The Wakayama Trians finished runnerup last year in the NBL, but they were able to enjoy that success for only a short time.
The club announced Wednesday that it will not complete the remainder of the current season due to severe financial woes and submitted a notice of withdrawal to the league.
“We have an unfortunate announcement today,” the team’s management company said in a statement posted on the team’s official website. “We, the Wakayama Trians, have made efforts to respond to the enthusiastic support of everybody. But we have run out of ways to improve our situation and we can no longer run the team, so we have stopped our team activities as of Jan. 7.”
Despite the fact that the Trians advanced to the NBL Finals last May, where they fell to the Toshiba Brave Thunders, the club has suffered continuing financial struggles.
The Trians were formerly owned by Panasonic, based in Osaka Prefecture, but moved to Wakayama after the electrics company decided to drop the basketball team two years ago.
The Trians have received some financial backup from Panasonic for at least a couple of years, from the 2013-14 NBL season. But that didn’t really relieve the club’s distress. In fact, after the NBL Finals were over, the club underwent a complete organizational restructure, replacing the president and waiving 10 of the 14 players from last year’s squad. The Western Conference club also released Croatian head coach Zeljko Pavlicevic.
The situation hasn’t improved this season. The team’s home attendance has dropped from 1,247 per game last year to 622, which is the lowest in the 13-team league and way below the league average through the latest regular season games, and has sunk to the fifth place in the six-team Western Conference with a 4-17 record so far.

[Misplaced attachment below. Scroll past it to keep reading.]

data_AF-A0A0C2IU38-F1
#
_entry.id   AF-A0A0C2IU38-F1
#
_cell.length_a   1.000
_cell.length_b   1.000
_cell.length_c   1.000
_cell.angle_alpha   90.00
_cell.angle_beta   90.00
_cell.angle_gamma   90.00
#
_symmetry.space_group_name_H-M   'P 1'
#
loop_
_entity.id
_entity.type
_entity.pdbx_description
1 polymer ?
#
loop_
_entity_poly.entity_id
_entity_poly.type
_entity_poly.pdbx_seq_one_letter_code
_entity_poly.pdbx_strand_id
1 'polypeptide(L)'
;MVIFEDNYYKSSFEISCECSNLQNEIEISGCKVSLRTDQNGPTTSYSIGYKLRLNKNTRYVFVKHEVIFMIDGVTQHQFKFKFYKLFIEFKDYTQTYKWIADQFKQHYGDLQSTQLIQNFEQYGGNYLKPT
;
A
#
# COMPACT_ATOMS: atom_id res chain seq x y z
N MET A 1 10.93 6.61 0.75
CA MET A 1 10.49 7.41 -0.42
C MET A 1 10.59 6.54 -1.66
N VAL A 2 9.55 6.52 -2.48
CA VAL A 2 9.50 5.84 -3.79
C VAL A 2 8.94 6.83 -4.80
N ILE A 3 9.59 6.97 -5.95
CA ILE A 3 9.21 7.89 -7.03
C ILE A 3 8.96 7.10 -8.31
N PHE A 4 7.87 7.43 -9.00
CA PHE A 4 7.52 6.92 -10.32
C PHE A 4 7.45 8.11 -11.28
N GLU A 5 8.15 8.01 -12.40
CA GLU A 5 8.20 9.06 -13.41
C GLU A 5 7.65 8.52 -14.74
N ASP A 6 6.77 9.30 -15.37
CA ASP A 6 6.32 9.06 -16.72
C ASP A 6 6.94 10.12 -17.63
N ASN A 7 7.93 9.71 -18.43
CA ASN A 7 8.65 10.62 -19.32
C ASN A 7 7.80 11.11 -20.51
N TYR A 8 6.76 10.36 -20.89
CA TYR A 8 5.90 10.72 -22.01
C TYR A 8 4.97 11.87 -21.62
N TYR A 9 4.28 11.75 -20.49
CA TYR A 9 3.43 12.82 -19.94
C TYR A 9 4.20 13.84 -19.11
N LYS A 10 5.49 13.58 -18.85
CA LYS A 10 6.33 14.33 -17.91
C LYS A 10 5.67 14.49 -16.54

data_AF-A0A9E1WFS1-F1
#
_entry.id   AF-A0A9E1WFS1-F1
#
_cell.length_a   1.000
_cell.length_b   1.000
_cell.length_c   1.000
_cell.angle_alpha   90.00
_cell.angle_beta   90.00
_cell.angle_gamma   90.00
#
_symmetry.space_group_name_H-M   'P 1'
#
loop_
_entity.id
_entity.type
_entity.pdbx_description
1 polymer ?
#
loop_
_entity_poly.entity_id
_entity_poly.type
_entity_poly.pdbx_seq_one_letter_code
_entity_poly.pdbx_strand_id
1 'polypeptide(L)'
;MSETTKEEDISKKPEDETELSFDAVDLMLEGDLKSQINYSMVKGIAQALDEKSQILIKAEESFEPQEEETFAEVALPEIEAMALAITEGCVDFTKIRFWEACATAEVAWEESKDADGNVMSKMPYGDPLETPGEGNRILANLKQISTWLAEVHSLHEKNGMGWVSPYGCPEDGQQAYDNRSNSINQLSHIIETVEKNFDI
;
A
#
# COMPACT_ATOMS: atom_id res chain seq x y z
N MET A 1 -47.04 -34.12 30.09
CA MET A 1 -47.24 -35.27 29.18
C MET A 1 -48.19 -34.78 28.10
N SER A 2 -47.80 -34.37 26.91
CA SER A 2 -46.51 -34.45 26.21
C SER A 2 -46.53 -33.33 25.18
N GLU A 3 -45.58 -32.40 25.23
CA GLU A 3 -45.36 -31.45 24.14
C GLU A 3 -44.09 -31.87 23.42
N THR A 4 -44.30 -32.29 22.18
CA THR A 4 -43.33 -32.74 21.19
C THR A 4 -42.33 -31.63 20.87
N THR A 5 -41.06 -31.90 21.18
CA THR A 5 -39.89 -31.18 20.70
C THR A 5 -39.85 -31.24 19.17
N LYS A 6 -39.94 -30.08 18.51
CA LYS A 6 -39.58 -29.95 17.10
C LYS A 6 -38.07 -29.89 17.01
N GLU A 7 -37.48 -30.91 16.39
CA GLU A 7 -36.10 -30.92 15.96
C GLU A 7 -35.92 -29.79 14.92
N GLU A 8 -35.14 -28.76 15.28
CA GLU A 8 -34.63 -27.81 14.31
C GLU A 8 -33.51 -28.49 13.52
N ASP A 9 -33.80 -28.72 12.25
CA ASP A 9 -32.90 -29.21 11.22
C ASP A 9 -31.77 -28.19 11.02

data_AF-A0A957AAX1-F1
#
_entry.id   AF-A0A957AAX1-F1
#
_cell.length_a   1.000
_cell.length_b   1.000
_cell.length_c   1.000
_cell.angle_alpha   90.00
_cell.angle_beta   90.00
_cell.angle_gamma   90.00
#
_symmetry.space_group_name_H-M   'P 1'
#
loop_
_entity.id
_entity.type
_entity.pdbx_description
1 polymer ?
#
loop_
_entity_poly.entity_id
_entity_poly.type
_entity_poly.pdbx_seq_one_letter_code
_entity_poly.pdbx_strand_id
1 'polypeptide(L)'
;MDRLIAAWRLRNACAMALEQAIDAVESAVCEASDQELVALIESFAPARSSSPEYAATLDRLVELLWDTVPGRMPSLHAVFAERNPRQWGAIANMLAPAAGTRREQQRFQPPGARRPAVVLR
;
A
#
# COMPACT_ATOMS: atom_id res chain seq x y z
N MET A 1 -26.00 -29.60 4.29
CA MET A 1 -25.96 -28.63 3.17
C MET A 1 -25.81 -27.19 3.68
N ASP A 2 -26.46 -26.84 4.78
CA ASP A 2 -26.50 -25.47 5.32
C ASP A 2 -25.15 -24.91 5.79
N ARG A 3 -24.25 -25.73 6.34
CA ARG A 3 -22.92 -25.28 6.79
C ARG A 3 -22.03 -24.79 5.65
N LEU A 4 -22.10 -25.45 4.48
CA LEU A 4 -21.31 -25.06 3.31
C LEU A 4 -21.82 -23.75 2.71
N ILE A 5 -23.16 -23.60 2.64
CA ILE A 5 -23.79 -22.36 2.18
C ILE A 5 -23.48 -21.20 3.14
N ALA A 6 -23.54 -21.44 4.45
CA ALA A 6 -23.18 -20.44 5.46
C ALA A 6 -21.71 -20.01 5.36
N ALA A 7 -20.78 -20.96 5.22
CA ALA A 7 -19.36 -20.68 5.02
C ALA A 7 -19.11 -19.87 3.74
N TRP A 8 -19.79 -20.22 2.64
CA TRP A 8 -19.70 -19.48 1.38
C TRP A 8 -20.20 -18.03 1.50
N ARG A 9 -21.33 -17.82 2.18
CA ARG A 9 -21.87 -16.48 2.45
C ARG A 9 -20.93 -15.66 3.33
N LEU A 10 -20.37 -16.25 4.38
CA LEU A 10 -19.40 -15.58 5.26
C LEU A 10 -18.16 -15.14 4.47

There was a dispute between the club and 12 players that played for the team last season regarding unpaid incentives for the players for finishing in second place in the league in the 2013-14 campaign.
The NBL’s acting president, Mitsuru Maruo, said at a Tokyo news conference on Wednesday that the league had recognized the club’s serious financial difficulties since mid-November and supported it with managerial betterment plans, but it hadn’t helped to improve the situation.
Maruo said that the club had over 50 companies as its sponsors last year, but that figure shrank to just a single digit this season.
“I don’t think that they (the club) were able to establish good relationships with the local companies, fans and the local (prefectural) association,” Maruo said. “I don’t believe that Wakayama was an inappropriate place (to have a pro basketball team) or that it was inappropriate (for the Trians) to become a professional club.”
Earlier this season, the Tsukuba Robots fell into a similar situation with its previous management unable to run the team due to financial problems. In Tsukuba’s case, the league stepped in and ran the club until new management arrived in December.
The NBL decided to not do the same for Wakayama, however.
Maruo explained that there were differences between the two cases.
“In the case of Tsukuba, we knew that there would be some supporters even before the old management broke down,” he said. “But it wasn’t the case for Wakayama. They couldn’t see any supporters helping them out, and we couldn’t see a way ahead with them.”
But it seems that there is a chance for the Trians to keep playing in Wakayama.
Maruo said that Wakayama Prefecture’s basketball association and other companies are working together to seek a possibility to run the team as the new management.
Yet Maruo added that he and the league knew no further details and the revival might not take place. He said that the decision should be made by early next week so that the team could be back on the court when the league play resumes on Jan. 21 (it is currently on a break due to the All-Japan Championship).
Whether the Trians survive or not, the NBL and Japan basketball’s image has been dealt another blow.
Asked if the financial criteria that the league imposes on clubs who join are too low, Maruo admitted that the league has to review the standards.
“We’ve had the clubs go through different inspections and then approved them,” he said. “But these are the facts (with Tsukuba and Wakayama), and we have to reflect on them and undergo more detailed examinations of clubs.”